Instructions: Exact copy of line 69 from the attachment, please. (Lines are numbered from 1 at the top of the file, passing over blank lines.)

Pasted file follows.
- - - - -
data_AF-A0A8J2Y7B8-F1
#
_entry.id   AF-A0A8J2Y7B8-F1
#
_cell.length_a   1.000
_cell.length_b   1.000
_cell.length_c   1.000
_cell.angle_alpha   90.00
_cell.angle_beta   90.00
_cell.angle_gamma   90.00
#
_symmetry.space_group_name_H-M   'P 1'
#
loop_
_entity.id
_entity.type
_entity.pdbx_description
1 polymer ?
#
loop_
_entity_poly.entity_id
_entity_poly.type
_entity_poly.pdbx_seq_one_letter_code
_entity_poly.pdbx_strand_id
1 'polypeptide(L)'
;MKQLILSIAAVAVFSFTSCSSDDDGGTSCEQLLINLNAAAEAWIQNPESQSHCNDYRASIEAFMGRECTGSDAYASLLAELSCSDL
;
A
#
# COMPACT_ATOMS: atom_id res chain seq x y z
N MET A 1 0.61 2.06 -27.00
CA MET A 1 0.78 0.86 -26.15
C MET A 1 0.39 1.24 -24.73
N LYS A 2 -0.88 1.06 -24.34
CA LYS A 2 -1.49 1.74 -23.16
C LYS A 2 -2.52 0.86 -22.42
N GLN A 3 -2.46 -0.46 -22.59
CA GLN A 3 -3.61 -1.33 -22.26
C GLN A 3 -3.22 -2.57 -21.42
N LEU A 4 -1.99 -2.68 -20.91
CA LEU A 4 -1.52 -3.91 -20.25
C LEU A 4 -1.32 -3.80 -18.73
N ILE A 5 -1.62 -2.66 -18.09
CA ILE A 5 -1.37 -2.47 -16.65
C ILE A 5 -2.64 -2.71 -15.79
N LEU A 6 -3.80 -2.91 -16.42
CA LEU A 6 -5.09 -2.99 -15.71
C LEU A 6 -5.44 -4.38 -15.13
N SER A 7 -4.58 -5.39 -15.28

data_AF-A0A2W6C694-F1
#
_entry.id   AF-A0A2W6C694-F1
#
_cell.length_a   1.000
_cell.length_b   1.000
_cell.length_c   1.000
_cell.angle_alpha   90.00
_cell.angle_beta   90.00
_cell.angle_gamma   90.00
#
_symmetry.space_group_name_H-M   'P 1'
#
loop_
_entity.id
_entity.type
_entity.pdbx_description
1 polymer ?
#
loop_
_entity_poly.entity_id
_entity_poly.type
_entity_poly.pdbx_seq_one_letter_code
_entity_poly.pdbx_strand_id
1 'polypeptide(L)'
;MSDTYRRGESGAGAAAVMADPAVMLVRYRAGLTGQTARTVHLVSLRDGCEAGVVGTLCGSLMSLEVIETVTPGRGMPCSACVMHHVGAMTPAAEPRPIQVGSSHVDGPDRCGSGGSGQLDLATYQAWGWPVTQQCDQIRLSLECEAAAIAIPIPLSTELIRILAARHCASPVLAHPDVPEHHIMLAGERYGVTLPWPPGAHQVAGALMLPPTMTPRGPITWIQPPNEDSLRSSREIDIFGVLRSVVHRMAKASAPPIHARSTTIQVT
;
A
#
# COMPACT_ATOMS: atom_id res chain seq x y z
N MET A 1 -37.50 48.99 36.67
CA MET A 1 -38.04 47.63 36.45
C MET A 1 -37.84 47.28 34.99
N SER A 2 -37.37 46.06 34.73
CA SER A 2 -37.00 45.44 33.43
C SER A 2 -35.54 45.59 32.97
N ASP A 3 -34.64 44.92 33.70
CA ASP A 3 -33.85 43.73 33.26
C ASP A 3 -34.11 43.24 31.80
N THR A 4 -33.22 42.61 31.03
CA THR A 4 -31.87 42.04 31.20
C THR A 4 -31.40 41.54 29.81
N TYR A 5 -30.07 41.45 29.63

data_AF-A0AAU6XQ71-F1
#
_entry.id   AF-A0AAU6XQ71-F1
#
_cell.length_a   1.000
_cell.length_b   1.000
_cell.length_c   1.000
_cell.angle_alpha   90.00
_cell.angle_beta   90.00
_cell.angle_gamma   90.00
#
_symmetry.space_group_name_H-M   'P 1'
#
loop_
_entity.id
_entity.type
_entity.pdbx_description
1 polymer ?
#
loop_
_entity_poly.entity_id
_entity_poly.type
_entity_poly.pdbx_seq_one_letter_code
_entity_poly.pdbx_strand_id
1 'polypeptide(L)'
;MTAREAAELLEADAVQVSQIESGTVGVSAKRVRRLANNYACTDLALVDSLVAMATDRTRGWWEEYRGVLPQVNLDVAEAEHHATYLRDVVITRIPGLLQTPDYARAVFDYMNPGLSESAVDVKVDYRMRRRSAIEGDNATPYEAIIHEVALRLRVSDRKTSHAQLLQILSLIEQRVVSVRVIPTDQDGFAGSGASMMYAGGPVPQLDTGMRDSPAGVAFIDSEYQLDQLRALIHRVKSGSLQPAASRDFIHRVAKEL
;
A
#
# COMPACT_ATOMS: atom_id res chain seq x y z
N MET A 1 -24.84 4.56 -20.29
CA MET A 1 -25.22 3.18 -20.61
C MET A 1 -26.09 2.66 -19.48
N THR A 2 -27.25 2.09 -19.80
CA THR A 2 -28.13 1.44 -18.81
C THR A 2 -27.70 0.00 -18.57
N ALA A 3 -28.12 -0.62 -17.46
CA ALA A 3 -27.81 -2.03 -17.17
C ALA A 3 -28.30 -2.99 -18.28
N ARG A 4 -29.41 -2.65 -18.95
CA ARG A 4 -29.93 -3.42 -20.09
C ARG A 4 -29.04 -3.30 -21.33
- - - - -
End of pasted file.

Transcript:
loop_